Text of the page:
Pacific Journalism Review

The Pacific Journalism Review is a peer-reviewed journal examining media issues and communication in the South Pacific, Asia-Pacific, Australia and New Zealand. Founded in 1994 at the University of Papua New Guinea, PJR has been published since 2007 by the Pacific Media Centre in the School of Communication Studies, Auckland University of Technology, and has links with the University of the South Pacific. PJR is a ranked journal with SCOPUS metrics.

Journal article

17 Jul 2018

This article is of a comparative study of social adaptation in the Cyclone Winston disaster case in Fiji and rob flooding in Semarang, Indonesia. In February 2016, the largest tropical storm in the Southern Hemisphere, Cyclone Winston, struck Fiji and caused severe damage and loss...

Journal article

17 Jul 2018

This study explores the recovery experiences of survivors of a flash flood event, five years after a natural disaster in South East Queensland. In-depth interviews were conducted with 33 of the original cohort of 120 post-disaster interviewees who experienced sudden traumatic bereavement and/or their own...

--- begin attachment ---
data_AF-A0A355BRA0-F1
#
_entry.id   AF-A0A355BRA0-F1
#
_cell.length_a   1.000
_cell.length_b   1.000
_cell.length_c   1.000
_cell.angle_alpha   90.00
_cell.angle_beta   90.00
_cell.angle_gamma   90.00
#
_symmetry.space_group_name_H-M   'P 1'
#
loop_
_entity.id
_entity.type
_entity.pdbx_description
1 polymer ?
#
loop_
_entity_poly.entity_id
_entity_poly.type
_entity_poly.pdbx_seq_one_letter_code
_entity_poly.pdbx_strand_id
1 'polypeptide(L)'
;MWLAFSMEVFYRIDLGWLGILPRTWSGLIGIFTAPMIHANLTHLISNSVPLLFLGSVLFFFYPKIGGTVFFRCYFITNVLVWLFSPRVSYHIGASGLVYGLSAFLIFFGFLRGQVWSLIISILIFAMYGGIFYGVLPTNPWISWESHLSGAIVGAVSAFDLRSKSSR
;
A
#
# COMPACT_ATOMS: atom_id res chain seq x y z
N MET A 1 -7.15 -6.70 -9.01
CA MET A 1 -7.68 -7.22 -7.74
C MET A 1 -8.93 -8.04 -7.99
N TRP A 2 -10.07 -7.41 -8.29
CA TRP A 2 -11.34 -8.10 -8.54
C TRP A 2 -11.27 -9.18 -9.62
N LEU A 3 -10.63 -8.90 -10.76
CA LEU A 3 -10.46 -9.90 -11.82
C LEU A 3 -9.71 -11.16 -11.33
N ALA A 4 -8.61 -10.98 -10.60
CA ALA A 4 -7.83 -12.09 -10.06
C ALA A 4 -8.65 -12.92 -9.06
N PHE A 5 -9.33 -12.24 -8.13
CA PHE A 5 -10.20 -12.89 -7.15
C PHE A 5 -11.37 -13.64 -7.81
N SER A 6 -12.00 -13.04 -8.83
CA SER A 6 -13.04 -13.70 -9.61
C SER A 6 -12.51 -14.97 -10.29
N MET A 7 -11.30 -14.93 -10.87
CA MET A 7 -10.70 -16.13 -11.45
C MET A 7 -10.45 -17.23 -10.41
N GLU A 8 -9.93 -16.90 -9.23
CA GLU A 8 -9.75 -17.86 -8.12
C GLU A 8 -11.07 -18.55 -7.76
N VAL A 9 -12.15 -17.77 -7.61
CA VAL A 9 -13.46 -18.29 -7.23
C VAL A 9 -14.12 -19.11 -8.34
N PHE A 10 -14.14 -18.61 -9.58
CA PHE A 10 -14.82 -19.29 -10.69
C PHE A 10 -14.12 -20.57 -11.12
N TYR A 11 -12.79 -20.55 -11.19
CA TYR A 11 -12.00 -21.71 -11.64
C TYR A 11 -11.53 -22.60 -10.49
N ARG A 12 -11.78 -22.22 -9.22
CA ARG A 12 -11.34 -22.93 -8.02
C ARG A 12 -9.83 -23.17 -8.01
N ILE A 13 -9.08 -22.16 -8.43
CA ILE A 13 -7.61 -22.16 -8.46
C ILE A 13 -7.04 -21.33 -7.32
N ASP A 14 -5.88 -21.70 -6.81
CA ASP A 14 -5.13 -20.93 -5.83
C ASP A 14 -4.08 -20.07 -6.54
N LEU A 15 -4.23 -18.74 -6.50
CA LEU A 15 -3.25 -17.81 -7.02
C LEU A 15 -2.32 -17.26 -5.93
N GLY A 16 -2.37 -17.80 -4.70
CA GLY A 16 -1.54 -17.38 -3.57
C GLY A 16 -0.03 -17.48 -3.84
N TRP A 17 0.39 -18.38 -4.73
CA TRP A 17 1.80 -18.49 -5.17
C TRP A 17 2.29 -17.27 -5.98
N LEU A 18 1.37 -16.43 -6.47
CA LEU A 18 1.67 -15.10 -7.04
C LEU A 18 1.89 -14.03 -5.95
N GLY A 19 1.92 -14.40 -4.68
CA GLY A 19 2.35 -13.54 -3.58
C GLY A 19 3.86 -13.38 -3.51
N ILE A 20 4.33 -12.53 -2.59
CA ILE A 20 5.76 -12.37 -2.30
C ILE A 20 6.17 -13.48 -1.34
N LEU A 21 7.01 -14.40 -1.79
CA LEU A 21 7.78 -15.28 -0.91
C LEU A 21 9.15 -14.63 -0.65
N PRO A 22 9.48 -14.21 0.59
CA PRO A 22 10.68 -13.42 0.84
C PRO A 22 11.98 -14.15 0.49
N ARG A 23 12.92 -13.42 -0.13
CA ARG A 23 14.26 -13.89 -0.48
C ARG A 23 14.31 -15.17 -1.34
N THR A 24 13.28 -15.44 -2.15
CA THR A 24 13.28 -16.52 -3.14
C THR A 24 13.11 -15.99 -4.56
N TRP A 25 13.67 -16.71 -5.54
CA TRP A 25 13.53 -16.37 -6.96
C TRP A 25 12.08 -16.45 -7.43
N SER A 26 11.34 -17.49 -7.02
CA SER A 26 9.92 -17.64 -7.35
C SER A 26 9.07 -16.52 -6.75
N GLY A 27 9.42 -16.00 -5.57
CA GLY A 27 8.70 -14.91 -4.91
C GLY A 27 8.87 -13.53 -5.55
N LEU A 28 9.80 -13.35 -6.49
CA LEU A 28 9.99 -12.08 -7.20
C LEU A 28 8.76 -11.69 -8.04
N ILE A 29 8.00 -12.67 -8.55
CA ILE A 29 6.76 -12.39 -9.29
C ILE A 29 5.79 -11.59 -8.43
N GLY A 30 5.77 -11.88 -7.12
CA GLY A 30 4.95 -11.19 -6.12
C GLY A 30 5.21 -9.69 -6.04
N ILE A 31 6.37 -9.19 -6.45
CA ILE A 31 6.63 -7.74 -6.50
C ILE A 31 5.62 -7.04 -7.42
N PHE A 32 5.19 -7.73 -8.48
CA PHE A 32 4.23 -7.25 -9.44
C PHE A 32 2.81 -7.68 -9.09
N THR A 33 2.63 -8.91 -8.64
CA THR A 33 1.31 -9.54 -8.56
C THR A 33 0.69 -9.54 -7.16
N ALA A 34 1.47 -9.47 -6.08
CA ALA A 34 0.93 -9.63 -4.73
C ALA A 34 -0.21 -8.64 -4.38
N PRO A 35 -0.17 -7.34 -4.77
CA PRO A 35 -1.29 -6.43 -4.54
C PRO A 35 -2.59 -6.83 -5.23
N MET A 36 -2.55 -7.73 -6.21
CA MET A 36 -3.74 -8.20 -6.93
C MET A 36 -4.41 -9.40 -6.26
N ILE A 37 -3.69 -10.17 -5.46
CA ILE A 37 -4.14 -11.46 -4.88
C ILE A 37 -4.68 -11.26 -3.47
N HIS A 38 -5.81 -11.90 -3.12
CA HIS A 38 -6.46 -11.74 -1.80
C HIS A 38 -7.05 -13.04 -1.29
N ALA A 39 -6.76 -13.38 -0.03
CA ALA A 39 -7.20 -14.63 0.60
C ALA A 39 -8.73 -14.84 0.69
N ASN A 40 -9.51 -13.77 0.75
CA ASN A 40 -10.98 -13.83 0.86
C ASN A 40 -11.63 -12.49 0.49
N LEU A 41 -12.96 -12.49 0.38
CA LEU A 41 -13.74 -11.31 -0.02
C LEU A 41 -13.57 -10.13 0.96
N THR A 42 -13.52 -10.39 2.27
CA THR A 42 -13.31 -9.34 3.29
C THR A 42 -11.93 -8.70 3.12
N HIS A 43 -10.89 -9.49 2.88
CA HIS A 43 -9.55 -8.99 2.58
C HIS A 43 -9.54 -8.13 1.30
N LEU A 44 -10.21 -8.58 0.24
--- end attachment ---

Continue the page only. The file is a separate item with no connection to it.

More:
Journal article

17 Jul 2018

There would be little disagreement over the media’s crucial role in reporting extreme weather events and natural hazards, which have become more commonplace in Pacific Island Countries (PICs). However, for various reasons explored in this article, the media have generally failed to satisfactorily cover the...

Journal article

17 Jul 2018

This article presents an analysis of how social media was used during Tropical Cyclone Winston, the strongest recorded tropical storm that left a wake of destruction and devastation in Fiji during February 2016. Social media is increasingly being used in crises and disasters as an...

Journal article

17 Jul 2018

This article reviews The General’s Goose: Fiji’s Tale of Contemporary Misadventure , by Robbie Robertson and published by Australian National University (2017).

Journal article

17 Jul 2018

This article examines four key areas of concern that will have to be dealt with if an effective policy on climate change-induced migration is to be developed.